Alcoa Inc. agreed to buy RTI International Metals Inc. for about $1.26 billion to expand its titanium and specialty-metals products business for the aerospace industry.

The all-stock transaction, which values Pittsburgh-based RTI at 50 percent more than it was trading at Friday, is the third aerospace-related deal announced by Alcoa in less than nine months. The largest U.S. aluminum maker is focusing on supplying components to jet-engine and aircraft makers, an area it sees as having big growth potential.

The global aerospace industry will grow as much as 10 percent this year, the New York-based company said in January, outpacing other aluminum-using sectors such as cars and construction. Buying RTI will increase Alcoa’s aerospace revenues by 13 percent, both companies said in a statement Monday.

The deal, which appears expensive, “fits in with Alcoa’s ongoing transformation toward a downstream metal services/processing company, and away from the more volatile (and lower margin) upstream primary aluminum company,” David Gagliano, an analyst at BMO Capital Markets in New York, wrote in a note. Alcoa is paying 13 times RTI’s earnings before interest, taxes, depreciation and amortization last year, compared with the 7.7 multiple its own stock trades at.

The takeover comes less than four months after Alcoa completed the $2.85 billion purchase of Firth Rixson Ltd., a U.K. producer of specialty components used in jet engines. Alcoa also bought German aircraft-component maker Tital GmbH on March 3 for an undisclosed price.

The RTI acquisition will be “mildly dilutive,” in its first year, beginning to add to earnings in its second year, Chief Financial Officer Bill Oplinger said on a conference call. Alcoa will assume $400 million of RTI’s debt after some of the target company’s bonds convert to equity. The deal is expected to close in three to six months and RTI will pay Alcoa $50 million if it’s terminated.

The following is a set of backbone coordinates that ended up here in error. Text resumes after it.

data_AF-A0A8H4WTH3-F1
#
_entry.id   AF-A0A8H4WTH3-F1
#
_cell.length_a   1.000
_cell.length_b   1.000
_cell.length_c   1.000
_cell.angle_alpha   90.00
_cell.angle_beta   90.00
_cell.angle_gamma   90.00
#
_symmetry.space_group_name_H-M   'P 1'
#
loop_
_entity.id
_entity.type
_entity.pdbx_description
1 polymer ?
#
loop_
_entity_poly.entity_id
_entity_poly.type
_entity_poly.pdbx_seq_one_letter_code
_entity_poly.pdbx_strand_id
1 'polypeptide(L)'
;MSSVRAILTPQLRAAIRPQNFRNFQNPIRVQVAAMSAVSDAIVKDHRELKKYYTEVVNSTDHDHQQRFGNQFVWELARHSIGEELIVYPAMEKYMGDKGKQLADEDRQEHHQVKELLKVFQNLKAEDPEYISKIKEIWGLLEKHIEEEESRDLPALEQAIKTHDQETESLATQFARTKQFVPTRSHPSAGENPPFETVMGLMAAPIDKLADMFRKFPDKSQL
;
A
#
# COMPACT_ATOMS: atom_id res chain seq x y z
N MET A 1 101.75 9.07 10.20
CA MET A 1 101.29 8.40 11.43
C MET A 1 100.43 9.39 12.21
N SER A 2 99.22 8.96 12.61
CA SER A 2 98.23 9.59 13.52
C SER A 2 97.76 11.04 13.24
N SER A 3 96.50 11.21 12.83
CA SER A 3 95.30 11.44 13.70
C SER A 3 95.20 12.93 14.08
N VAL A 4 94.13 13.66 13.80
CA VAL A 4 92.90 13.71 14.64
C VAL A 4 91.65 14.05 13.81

While Alcoa’s downstream business is expanding, its production of primary aluminum has been declining. The company said last week it put 14 percent of its global smelting capacity under review for closing or divestment amid weak prices and a relentless increase in production from China. It has curtailed, closed or sold 1.3 million tons, or 31 percent, of its smelting capacity since 2007.

Investors will receive 2.8315 Alcoa shares for each RTI share, representing a value of $41 per RTI share based on Alcoa’s March 6 closing price. It’s a 50 percent premium to that closing price and an enterprise value of $1.5 billion including debt.

Alcoa dropped 5.4 percent to $13.70 at the close in New York, while RTI rose 39 percent to $38.

Alcoa’s financial advisers are Greenhill & Co. and Morgan Stanley, and its legal counsel is Wachtell, Lipton, Rosen & Katz. RTI’s financial adviser is Barclays Plc and Jones Day is its legal counsel.

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